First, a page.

MILTON MOON. Waiting for Godness -a narrative poem

by Milton Moon.©

I’m due to die sooner rather than later.
My wife of sixty-seven years has already gone,
her mortal remains,
in ashes waiting for mine.
Together they’ll go, somewhere
as part of the seasons
or the tides ebb or flow.
She is still with me,
I talk to her often,
burning incense twice a day
and telling her
“incense is dispersed for the soul
of the young girl.”

Many people say
‘when you’re dead you’re dead.
Sceptics hedge their bets,
‘no one knows’ they say,
(not sceptical of their own scepticism.)
Atheists say they do know;
‘it is all over when you’re
dead and gone – bones or ash —
no God, no Heaven, no Hell,
no thing to carry with you.
All is finished, except things
you leave behind, genes or work
to remind everyone
you once were here.’

Opposite to Sceptics or Atheists
speculative thinkers of the ancient past —
expressed in myth and legend —
suggest a world beyond our world
where everything exists in forms
of knowing we can’t know
and will probably never know,
the way human’s know.
Hindu thought, Judaic beliefs
Buddhists, Christians, Islamic thought
and others, all embracing eternalism
in one form or another.
All gods exist in many forms but
no form contains the formless.
Speculative philosophers speculate —
but only speculate -,
no one knows for sure
that everything is
recorded and stored, and the storehouse
whatever it is, or might be,
has a consciousness,
a part of consciousness itself.

Some speculate the storehouse
is the Mind itself, and although
the Mind permeates everywhere
harbouring all we think and do,
it itself remains unsullied.
Every thought, every act,
every hatred, every suspicion,
good acts and bad acts,
kind and unkind, merciful and merciless,
fantasies, acts of imagination,
a montage layering every facet,
every activity, assuring an audience,
not only a reaction but a participation.
Like metadata it is all stored
in the Mind owned by no one
but linked to everyone.

Grossness attracts grossness,
the subtle beckons the subtle,
the unexplained, the explainable,
(even the inexplicable).
Like the physical world,
conjoining or opposing,
everything goes everywhere:
the heavenly to where the heavenly go,
as the hellish goes where it must go,
but there is no judgement of
either Heaven or Hell,
everything goes where it belongs
‘of itself.’

No ones knows what instincts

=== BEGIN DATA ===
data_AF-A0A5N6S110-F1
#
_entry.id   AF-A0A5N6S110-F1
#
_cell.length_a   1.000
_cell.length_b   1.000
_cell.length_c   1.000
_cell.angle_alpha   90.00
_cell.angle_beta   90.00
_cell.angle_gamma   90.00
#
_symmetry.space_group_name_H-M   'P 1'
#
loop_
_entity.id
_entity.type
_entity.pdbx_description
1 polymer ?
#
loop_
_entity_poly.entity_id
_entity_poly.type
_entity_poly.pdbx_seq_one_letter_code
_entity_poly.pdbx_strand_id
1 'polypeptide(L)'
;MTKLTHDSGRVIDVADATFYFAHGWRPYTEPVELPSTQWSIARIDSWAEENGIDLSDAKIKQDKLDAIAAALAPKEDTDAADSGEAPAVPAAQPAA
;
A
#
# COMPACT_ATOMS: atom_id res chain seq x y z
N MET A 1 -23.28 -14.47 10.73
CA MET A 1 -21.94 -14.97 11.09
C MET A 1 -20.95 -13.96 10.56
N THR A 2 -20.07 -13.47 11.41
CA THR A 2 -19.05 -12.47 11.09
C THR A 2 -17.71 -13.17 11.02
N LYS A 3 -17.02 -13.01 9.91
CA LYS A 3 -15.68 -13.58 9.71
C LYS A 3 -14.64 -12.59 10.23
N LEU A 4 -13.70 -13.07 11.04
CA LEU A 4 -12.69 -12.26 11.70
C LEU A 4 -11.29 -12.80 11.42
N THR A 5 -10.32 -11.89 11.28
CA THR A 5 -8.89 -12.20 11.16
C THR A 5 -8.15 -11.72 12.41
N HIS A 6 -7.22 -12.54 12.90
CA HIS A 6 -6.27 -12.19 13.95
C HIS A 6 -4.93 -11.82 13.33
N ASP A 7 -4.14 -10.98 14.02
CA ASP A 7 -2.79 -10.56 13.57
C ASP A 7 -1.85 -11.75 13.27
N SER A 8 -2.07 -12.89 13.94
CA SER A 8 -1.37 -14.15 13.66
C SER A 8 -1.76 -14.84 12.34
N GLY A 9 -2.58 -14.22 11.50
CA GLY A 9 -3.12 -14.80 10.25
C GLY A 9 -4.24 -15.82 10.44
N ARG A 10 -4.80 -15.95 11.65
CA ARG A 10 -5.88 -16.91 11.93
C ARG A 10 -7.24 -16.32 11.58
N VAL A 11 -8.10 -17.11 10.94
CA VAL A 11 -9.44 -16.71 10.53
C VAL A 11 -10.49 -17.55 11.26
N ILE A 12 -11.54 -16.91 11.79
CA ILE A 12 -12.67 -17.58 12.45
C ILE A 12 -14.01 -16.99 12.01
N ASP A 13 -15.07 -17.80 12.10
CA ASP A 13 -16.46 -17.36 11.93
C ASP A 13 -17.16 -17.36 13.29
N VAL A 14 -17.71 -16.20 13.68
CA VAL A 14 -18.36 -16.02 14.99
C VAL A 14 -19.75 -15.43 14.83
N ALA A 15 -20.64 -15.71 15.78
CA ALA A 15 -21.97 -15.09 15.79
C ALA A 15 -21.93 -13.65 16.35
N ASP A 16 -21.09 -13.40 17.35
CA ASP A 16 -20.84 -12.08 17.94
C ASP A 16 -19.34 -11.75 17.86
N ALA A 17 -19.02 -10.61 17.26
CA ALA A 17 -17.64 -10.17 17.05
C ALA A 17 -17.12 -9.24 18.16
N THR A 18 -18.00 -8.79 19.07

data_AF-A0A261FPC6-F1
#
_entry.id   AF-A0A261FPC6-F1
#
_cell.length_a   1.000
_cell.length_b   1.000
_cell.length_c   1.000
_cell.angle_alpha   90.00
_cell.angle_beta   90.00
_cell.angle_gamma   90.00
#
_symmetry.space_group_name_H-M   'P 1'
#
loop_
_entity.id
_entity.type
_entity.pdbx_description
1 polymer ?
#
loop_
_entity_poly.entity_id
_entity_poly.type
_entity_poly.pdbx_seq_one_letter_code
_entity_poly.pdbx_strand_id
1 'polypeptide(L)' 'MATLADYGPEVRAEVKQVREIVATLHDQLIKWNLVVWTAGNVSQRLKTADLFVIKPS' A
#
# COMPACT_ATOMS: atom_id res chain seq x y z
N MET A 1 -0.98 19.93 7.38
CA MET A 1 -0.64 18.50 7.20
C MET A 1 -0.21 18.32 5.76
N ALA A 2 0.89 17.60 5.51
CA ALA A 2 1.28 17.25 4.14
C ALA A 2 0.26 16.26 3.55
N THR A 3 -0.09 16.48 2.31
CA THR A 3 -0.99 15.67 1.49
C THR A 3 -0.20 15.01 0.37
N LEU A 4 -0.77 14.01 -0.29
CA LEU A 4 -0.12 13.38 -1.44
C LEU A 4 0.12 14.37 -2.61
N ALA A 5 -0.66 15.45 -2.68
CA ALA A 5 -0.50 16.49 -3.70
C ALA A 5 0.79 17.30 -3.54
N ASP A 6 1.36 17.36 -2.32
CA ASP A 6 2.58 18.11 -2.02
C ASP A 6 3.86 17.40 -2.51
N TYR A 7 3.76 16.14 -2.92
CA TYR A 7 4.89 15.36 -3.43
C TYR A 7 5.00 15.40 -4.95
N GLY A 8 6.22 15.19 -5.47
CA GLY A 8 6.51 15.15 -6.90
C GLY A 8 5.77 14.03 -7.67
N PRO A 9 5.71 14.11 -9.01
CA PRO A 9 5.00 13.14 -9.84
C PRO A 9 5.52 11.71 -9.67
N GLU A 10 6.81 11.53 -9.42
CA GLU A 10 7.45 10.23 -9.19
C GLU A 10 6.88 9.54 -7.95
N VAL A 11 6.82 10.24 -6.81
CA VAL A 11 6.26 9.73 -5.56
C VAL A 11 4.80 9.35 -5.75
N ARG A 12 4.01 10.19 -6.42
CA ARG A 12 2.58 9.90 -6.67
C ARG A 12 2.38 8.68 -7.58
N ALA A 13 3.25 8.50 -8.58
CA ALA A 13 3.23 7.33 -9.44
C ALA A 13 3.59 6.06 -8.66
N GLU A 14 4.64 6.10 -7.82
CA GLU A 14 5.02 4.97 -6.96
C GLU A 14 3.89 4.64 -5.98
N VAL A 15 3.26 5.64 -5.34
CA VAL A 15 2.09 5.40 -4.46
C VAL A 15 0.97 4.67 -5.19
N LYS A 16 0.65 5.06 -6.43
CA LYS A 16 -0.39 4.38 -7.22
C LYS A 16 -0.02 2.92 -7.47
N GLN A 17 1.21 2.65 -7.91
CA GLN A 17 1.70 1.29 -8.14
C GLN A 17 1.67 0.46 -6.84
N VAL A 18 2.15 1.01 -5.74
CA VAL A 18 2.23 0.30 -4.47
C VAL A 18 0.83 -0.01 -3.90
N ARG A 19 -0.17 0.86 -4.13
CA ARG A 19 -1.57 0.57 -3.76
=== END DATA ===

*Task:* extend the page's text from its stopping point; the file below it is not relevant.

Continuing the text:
you were born with,
or the ways nurture will affect you.
Your past is as fragile, as is
the present or future; more fragile
than the perfumes and flavours
wafted from a thousand countries,
or born and burnished by
a million lifetimes,
ill or well lived,
in peace or tumult.
You might be lucky but
Karma is not a waiting game:
what you wish for in this life
you may rue in the next.

Religions have their own ways,
coming to terms with what happens
when you enter the stage beyond.
Christians have their Hell or Heaven
others have different names.
Buddhists speak of the Pure Land,
the Mind unsullied by the contents
whatever they might be.

In Japan
the Buddha of the Pure Land
is called Amida and reciting his Name
is a direct link to the Mind
beyond our ordinary use of minds.
Of course it is a mystery,
but so much is beyond the
knowledge of human conceit.
The Christians say
‘Ask and it shall be given,
seek and you shall find.
Knock and it shall be opened unto you’.

In Japan the Buddhists say
Namu Amida Butsu
responding to Amida’s vow.
Said with a sincere mind,
a deep mind
and an aspiring mind,
an appeal to the Pure Land
the Mind beyond the Mind,
the Mind within you and all about.
‘Jinen, of itself, made to become so.’

Milton Moon is a senior Australian potter. He has many awards and was recently made a Member of Honour of the International Academy of ceramics. He was awarded an Honorary Doctorate, University of SA. He studied Zen in Japan and since then Jodo Shinshu. In October he turns 90. He still makes pots and writes poetry.

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